He worked with a lot of new songwriters on Velvet and Lambert enthuses, “I also found myself working with more queer people than I ever have before: gay writers, lesbian, gender nonconforming – everybody under that umbrella; it was a lot more of my community involved in this album, which was great. Also more women than I’ve ever worked with before, which was awesome. I feel like the point of view and the energy on the album just feels closer to home, do you know what I mean? It feels good. It feels like it’s more of a reflection of who I am, and my world.”
His debut album, For Your Entertainment, came out back in 2009 and Lambert reflects, “It’s been a really interesting decade, being a queer person in the music industry, because ten years ago in the U.S. it just was like, ‘Whoa!’ I think people were scared of it; people didn’t know how it would connect. I don’t think people realised that there was a real audience for it on a mainstream level, and now we know that most people don’t care. They don’t care.”
Trespassing – Lambert’s second album (2012) – debuted at number one in the U.S., making him the first openly gay artist to top the Billboard 200 chart. That’s insane, right? “I know,” Lambert concurs. “When they told me that I was like, “Huh? No one’s done that? It’s crazy. It’s changed so much. It’s so different now, and that’s exciting; it’s exciting to have been part of that wave. And now looking at all these queer artists that can prove mainstream success is definitely viable and executives aren’t frightened of it anymore – it’s great!”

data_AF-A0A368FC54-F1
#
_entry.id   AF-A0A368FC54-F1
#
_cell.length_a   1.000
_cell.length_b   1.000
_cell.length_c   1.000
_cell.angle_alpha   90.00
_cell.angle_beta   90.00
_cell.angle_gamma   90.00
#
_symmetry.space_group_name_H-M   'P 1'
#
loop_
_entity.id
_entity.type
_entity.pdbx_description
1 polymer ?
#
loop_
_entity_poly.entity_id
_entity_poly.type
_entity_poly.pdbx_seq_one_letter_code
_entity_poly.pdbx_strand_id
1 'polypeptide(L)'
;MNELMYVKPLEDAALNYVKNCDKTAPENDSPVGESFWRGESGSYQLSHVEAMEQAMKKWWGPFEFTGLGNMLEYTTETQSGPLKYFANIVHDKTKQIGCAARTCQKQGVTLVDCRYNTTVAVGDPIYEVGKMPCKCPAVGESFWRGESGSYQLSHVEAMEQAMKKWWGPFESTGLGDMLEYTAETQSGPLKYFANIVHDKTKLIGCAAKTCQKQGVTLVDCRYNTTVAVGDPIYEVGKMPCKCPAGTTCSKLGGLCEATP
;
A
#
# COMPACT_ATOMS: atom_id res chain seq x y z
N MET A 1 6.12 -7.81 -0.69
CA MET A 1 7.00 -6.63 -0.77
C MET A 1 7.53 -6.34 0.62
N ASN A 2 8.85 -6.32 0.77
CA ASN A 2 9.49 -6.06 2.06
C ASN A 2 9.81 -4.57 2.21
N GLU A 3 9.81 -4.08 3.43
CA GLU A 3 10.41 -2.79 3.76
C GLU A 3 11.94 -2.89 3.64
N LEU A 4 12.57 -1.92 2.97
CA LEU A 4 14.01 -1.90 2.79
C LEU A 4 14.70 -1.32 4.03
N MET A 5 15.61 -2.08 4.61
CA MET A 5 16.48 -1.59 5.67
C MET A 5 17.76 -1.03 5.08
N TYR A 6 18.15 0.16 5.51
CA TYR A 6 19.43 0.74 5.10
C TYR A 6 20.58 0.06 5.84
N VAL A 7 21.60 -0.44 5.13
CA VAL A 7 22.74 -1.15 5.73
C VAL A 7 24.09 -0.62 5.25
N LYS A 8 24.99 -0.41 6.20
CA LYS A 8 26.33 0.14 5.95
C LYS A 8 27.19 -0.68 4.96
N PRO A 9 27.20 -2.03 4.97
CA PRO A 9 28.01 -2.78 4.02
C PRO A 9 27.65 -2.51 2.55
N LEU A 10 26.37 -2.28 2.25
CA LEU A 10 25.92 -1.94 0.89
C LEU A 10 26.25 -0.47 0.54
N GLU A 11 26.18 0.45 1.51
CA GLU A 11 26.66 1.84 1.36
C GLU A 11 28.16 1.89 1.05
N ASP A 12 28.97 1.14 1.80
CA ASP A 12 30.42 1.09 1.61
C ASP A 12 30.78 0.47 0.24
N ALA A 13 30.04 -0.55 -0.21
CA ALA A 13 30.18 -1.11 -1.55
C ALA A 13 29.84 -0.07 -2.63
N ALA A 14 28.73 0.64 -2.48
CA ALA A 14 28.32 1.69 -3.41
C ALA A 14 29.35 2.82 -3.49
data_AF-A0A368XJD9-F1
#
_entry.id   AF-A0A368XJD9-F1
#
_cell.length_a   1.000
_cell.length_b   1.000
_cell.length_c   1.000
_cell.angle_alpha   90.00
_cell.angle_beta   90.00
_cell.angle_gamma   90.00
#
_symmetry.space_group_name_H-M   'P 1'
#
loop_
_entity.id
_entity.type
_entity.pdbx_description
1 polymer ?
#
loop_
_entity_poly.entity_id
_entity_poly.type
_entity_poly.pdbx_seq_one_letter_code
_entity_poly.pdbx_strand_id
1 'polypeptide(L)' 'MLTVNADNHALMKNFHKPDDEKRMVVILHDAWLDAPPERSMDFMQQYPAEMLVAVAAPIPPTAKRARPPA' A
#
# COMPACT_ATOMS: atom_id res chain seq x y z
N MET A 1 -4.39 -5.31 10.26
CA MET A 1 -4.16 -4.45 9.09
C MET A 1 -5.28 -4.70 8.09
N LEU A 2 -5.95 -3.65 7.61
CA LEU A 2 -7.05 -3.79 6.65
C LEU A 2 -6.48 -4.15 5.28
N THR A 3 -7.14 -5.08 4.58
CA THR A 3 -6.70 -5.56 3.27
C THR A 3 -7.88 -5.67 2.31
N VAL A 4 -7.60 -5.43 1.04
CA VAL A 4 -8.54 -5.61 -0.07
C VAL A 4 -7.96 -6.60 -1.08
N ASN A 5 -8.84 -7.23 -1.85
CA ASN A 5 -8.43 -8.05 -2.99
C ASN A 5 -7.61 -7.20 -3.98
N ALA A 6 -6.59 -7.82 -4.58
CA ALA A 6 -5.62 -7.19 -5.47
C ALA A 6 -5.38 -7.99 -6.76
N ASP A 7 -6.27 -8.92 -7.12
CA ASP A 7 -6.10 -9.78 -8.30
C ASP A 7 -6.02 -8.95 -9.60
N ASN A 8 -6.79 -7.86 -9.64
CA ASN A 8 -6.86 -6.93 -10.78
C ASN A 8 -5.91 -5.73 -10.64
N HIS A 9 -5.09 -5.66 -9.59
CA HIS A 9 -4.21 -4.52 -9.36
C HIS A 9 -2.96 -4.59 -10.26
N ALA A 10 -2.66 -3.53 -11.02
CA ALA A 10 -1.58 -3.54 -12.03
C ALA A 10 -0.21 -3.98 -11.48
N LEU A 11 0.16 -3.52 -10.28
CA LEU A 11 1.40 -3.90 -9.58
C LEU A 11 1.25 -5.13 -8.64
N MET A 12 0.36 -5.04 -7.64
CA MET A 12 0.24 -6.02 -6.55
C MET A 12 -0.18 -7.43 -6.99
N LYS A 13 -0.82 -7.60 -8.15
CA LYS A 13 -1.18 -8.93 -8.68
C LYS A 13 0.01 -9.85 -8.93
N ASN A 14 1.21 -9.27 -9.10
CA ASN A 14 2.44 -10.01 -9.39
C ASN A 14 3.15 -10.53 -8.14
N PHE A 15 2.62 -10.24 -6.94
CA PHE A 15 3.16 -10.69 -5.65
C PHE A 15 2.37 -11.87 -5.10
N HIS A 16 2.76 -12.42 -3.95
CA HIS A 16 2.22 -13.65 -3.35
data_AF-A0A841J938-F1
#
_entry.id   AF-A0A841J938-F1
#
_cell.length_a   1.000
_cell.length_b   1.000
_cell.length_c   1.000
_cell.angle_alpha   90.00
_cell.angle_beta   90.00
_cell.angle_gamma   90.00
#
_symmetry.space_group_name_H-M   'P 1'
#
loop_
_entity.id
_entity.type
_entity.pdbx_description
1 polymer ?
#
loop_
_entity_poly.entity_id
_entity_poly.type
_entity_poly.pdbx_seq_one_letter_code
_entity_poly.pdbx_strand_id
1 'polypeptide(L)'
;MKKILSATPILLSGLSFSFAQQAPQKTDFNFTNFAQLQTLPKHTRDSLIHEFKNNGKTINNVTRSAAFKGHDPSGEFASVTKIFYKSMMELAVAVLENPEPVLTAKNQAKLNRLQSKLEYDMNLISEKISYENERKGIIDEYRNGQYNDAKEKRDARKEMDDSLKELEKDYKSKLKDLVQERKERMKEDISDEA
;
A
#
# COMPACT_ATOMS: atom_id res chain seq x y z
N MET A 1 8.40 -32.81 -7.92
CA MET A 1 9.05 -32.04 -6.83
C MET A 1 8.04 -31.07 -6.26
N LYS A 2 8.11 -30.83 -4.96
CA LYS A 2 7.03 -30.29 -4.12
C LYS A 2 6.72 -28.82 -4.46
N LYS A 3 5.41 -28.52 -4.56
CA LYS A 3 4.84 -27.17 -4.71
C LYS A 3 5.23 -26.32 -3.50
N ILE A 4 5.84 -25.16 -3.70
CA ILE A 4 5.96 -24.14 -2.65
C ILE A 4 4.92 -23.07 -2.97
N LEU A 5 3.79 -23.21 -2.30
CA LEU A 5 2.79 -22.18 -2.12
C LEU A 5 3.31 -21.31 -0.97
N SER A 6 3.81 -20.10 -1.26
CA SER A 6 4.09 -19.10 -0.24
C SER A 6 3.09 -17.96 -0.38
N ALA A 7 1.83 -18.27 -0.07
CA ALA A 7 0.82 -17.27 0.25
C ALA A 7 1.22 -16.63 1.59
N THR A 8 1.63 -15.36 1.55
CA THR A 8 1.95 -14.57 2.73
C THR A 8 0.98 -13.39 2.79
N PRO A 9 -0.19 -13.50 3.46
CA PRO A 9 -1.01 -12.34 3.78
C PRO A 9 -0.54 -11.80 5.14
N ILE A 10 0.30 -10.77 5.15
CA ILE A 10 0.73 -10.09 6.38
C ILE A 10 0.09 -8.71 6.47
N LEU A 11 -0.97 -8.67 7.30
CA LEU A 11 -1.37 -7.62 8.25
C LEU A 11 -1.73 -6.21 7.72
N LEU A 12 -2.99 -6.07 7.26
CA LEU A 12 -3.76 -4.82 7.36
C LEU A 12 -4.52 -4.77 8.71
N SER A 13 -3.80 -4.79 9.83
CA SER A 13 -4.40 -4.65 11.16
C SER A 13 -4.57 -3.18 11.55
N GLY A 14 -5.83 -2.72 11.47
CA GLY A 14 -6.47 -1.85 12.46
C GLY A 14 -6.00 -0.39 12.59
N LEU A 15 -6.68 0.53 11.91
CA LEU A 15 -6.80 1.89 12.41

Our discussion turns to the late, great George Michael who felt relentless pressure to hide his sexual identity. “Poor guy,” Lambert sympathises. “When that whole thing happened for him in the ’90s with his outing, which was basically entrapment as we know it – that’s horrible. But that was also a time where [being openly gay] was like the kiss of death, you know? Terrible.” After revisiting Lambert’s 2009 American Idol audition as part of my research, I was impressed by how composed he seemed. “I was a little baby,” he grins. “I was a 27-year-old baby, but I was a baby. Inside I was trembling, because there was so much riding on it. You know, when you go in for the TV judges, you’ve already gone through, like, four rounds of producers and all this stuff; it’s this whole drawn-out thing over a couple of weeks. And I had to actually quit my job in Wicked, the musical – I was working. I had to quit in order to get to that round, because you can’t have any professional contracts in play. So it was like, ‘Okay, if this doesn’t work out, I’ve just quit my job.’
“I was like, ‘I can’t leave this room without nailing them down and making sure that they put me through,’ and so I sang a Michael Jackson song first actually, which was not on the broadcast, and the judges all kind of looked at me like, ‘Huh?’ And I could tell they weren’t quite on board, so I said, ‘Do you wanna hear something else? I could sing something else,’ and they were like, ‘Like what?’ And I’m like, ‘What about Bohemian Rhapsody?’ And they were like, ‘Oh,’ and the minute I did that there was like a click, like lightbulbs went off, and thank God!” So had the judges put him straight through on the strength of his performance of a Michael Jackson song, Lambert wouldn’t have slayed Bohemian Rhapsody to the point where Brian May’s inbox was flooded with messages from people telling him to check out this young singer they believed to be the natural successor to Freddie Mercury. “I know. It’s so weird,” Lambert muses. “It’s like fate came in.”
Velvet by Adam Lambert is out Friday March 20 via Inertia.